Member Profile: Janet Sternburg



MEMBER PROFILE: Janet Sternburg

When did you become a member of PEN Center USA?
In 1988. Twenty-seven years ago!

Why did you become a member of PEN Center USA?
Initially because I was new to L.A. and wanted to meet other writers. That led to many years on the Board, as Vice President for Membership, and then chairing the Literary Awards. Let’s just say I got involved.

What is most exciting to you about PEN Center USA?
Its dynamism. Its openness. New programs, new reach, new growth.

What is your favorite memory/story of PEN Center USA or a PEN Center USA event?
It’s actually an image—sitting around a table with other writers. Multiply that image by many enjoyable occasions of working together and you get a composite memory, a fond one.

PEN Centers share a Freedom To Write mission, which means we believe that people should be able to read and write freely. What does Freedom To Write mean to you?
In addition to the aim of writers being able to write freely, Freedom to Write programming means that PEN Center USA, with its unique access and influence, can help relieve human suffering.

What do you wish other people knew about PEN Center USA?
I wish more people knew how terrific it is. Many of us in the western part of the country think it’s also useful to belong to PEN American Center. The writers in the East should know what they’re missing and join up in the other direction.

In light of the changing ways in which news is being shared, what role, if any, do you think writers and journalists play in disseminating information or encouraging action?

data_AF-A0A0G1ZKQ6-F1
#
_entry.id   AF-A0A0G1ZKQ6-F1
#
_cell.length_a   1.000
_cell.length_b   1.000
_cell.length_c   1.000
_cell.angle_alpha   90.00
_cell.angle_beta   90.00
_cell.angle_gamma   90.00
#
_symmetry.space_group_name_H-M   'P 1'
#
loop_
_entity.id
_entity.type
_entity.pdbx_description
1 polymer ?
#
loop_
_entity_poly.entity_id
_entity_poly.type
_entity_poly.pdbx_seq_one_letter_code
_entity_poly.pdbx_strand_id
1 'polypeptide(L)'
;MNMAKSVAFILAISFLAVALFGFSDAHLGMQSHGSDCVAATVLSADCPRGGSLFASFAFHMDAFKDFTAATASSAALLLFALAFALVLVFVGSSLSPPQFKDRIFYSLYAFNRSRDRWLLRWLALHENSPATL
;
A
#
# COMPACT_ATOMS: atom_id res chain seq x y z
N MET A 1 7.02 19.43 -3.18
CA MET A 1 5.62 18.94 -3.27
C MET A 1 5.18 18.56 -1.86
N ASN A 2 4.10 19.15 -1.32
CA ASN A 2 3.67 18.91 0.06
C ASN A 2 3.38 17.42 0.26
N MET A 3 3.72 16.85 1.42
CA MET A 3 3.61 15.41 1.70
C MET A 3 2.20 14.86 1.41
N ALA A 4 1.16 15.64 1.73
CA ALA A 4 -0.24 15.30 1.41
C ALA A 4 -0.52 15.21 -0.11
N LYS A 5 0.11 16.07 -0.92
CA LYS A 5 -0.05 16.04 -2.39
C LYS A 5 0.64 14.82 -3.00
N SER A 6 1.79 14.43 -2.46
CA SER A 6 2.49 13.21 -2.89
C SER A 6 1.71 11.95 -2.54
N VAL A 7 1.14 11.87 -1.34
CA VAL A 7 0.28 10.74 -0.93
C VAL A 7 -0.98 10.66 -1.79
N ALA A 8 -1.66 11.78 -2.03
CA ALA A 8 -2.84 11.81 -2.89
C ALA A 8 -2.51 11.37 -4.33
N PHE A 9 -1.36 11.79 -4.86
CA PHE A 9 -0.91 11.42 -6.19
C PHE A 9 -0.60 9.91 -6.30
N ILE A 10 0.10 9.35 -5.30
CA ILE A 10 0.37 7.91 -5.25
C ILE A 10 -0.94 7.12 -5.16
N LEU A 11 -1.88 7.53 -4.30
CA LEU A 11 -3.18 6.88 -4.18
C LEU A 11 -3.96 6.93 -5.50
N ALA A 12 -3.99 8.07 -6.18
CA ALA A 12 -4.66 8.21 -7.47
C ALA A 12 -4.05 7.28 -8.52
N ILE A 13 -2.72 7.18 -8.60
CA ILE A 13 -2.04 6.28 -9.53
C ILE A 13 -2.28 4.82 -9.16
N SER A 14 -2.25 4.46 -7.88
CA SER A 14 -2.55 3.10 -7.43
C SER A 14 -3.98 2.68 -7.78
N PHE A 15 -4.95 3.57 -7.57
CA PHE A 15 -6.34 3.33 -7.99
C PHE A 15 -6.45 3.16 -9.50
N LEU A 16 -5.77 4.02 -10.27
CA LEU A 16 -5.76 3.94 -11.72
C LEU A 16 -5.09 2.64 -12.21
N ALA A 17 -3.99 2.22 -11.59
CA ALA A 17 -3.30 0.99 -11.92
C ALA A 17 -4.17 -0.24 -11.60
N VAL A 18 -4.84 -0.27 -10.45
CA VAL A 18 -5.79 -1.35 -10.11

I’ve just finished reading Lyndsey Adderio’s memoir, It’s What I Do, about being a war photographer. She writes, “I discovered the privilege of seeing life in all its complexity.” I think that's what all writers do; that’s our job description. Writers may not encourage direct action by writing about the complexities of life, but we can open readers to deeper understandings, and that ultimately encourages change.

What are you reading now?
I’ll list the titles that are currently at the top of the list when I go to my Kindle library:

Mayhem in Margaux by Jean-Pierre Alaux, Noël Balen, and Sally Pane (I love whodunits); Nothing Special by Charlotte J. Beck (she’s my go-to person for wisdom that truly helps); and Men We Reaped: A Memoir by Jesmyn Ward (since I write the kind of books that are known as “memoir”—a limiting name, but that’s another story—I try to keep up with outstanding ones).

Tell us a story in one sentence.
Memoir: I hear me me me, followed by moi moi moi. See my response above. This is that other story.

Janet Sternburg is the author of White Matter: A Meditation on Family and Medicine, about family secrets and mental health (forthcoming September 15, Hawthorne Books). She is also the author of Phantom Limb as well as Optic Nerve: Photopoems, and author/editor of both volumes of The Writer On Her Work.

PHOTO CREDIT: James Jansen


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